virtual private LAN service (VPLS)

Contributor(s): Robert Sturt

Virtual private LAN service (VPLS) is a telecom carrier-provided service that makes it possible for customers to create a logical local area network (LAN) structure between geographically separate sites. All services in a VPLS appear to be on the same LAN, regardless of location.

Unlike traditional wide-area network (WAN) connectivity or IP-based virtual private networks, a VPLS can be used to transport non-IP traffic without any need for conversion or encapsulation. A VPLS has a mesh network topology, which means it can provide point-to-point, multipoint services and any-to-any capabilities. In effect, VPLS creates a virtualized Ethernet switch at the service provider's edge, linking multiple remote sites as if they were on the same physical switch.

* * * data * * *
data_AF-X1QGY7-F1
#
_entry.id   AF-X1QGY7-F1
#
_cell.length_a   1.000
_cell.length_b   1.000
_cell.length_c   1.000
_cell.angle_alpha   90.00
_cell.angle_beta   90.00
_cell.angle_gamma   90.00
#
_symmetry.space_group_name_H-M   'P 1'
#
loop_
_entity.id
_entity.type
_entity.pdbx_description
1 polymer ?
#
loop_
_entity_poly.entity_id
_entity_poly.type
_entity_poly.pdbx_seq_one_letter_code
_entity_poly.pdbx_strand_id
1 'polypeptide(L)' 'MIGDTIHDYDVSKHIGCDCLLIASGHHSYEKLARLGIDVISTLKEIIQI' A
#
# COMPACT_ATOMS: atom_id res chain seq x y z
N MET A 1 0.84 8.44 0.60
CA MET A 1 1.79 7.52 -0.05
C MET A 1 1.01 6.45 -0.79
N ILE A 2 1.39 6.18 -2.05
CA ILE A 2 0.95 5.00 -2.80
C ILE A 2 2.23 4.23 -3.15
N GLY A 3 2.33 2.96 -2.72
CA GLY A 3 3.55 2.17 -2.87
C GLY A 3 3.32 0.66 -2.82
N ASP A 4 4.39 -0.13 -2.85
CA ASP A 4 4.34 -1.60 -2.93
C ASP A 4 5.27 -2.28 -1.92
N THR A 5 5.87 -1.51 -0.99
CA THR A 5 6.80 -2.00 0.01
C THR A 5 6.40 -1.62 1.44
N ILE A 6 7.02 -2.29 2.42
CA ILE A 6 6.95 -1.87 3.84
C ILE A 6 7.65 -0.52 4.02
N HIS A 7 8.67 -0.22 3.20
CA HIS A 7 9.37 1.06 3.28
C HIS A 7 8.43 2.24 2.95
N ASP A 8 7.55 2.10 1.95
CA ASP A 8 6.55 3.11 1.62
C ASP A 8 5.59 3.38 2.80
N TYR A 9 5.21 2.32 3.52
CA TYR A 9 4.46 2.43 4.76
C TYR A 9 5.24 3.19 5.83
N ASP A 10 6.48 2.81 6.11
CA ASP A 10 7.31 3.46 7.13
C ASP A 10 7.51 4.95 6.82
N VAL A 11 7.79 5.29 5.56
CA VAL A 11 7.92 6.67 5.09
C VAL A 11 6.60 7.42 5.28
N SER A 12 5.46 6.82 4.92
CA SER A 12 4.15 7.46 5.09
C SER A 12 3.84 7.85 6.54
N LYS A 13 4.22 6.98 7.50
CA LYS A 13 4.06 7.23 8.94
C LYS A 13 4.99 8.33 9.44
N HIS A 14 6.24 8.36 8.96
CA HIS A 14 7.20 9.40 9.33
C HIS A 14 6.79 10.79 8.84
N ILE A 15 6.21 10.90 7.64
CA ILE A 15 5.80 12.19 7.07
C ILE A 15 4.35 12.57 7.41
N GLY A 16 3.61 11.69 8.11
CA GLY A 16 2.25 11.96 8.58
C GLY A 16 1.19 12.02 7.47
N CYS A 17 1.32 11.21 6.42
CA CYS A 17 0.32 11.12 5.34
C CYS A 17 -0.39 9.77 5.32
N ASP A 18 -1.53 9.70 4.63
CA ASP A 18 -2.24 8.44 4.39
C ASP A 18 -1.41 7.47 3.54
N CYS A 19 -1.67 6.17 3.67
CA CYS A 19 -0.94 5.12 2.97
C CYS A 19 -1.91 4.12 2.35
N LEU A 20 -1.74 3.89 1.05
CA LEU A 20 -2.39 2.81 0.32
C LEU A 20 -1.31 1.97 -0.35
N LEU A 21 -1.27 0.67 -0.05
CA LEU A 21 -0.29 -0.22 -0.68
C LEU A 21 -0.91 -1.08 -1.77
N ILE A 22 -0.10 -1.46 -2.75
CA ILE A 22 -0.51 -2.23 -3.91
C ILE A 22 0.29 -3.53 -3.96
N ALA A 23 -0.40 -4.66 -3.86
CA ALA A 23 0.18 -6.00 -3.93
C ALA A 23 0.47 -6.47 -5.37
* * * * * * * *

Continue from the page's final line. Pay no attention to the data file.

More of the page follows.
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A VPLS uses multiprotocol label switching (MPLS) to create the appearance of a virtual private network (VPN) at each subscriber location. Ethernet packets are tunneled by pseudo-wire through the provider network, independent of traffic from other Internet users. Frames are forwarded according to layer 2 switching standards and fault-tolerance ensures that each packet arrives intact at its intended destination. Configuration and management of the VPLS can fall either to the service provider or to the in-house networking team, based on the needs of the individual customer.

Robert Sturt of The Network Union talks about the most common use cases for a virtual private LAN service (VPLS).

This was last updated in April 2007

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